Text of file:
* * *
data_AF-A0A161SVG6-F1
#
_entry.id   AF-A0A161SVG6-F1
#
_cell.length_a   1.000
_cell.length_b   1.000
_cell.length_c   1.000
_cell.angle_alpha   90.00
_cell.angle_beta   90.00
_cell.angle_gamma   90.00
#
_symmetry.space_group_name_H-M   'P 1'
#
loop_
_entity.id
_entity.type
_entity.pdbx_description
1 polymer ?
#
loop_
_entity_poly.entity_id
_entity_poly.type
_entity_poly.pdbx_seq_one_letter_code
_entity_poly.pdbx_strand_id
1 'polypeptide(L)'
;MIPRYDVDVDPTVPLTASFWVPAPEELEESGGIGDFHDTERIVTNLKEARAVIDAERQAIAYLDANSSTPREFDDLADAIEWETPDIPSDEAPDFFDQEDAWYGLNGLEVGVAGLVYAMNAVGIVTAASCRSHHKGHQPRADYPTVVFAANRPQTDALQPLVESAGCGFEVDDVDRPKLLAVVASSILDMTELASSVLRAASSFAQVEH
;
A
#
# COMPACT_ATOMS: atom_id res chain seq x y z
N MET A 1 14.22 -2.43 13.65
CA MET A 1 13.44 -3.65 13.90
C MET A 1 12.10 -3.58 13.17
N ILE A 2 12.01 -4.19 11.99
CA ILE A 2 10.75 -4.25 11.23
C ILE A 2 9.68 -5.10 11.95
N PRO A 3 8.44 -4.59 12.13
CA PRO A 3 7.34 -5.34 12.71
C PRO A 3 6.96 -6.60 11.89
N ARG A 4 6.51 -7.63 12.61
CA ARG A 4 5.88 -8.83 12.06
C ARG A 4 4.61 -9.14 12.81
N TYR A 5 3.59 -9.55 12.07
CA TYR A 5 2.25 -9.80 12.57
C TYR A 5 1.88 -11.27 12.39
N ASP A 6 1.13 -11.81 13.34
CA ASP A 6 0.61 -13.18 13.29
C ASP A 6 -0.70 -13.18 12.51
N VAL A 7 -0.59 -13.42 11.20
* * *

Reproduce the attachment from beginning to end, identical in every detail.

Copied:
data_AF-A0A161SVG6-F1
#
_entry.id   AF-A0A161SVG6-F1
#
_cell.length_a   1.000
_cell.length_b   1.000
_cell.length_c   1.000
_cell.angle_alpha   90.00
_cell.angle_beta   90.00
_cell.angle_gamma   90.00
#
_symmetry.space_group_name_H-M   'P 1'
#
loop_
_entity.id
_entity.type
_entity.pdbx_description
1 polymer ?
#
loop_
_entity_poly.entity_id
_entity_poly.type
_entity_poly.pdbx_seq_one_letter_code
_entity_poly.pdbx_strand_id
1 'polypeptide(L)'
;MIPRYDVDVDPTVPLTASFWVPAPEELEESGGIGDFHDTERIVTNLKEARAVIDAERQAIAYLDANSSTPREFDDLADAIEWETPDIPSDEAPDFFDQEDAWYGLNGLEVGVAGLVYAMNAVGIVTAASCRSHHKGHQPRADYPTVVFAANRPQTDALQPLVESAGCGFEVDDVDRPKLLAVVASSILDMTELASSVLRAASSFAQVEH
;
A
#
# COMPACT_ATOMS: atom_id res chain seq x y z
N MET A 1 14.22 -2.43 13.65
CA MET A 1 13.44 -3.65 13.90
C MET A 1 12.10 -3.58 13.17
N ILE A 2 12.01 -4.19 11.99
CA ILE A 2 10.75 -4.25 11.23
C ILE A 2 9.68 -5.10 11.95
N PRO A 3 8.44 -4.59 12.13
CA PRO A 3 7.34 -5.34 12.71
C PRO A 3 6.96 -6.60 11.89
N ARG A 4 6.51 -7.63 12.61
CA ARG A 4 5.88 -8.83 12.06
C ARG A 4 4.61 -9.14 12.81
N TYR A 5 3.59 -9.55 12.07
CA TYR A 5 2.25 -9.80 12.57
C TYR A 5 1.88 -11.27 12.39
N ASP A 6 1.13 -11.81 13.34
CA ASP A 6 0.61 -13.18 13.29
C ASP A 6 -0.70 -13.18 12.51
N VAL A 7 -0.59 -13.42 11.20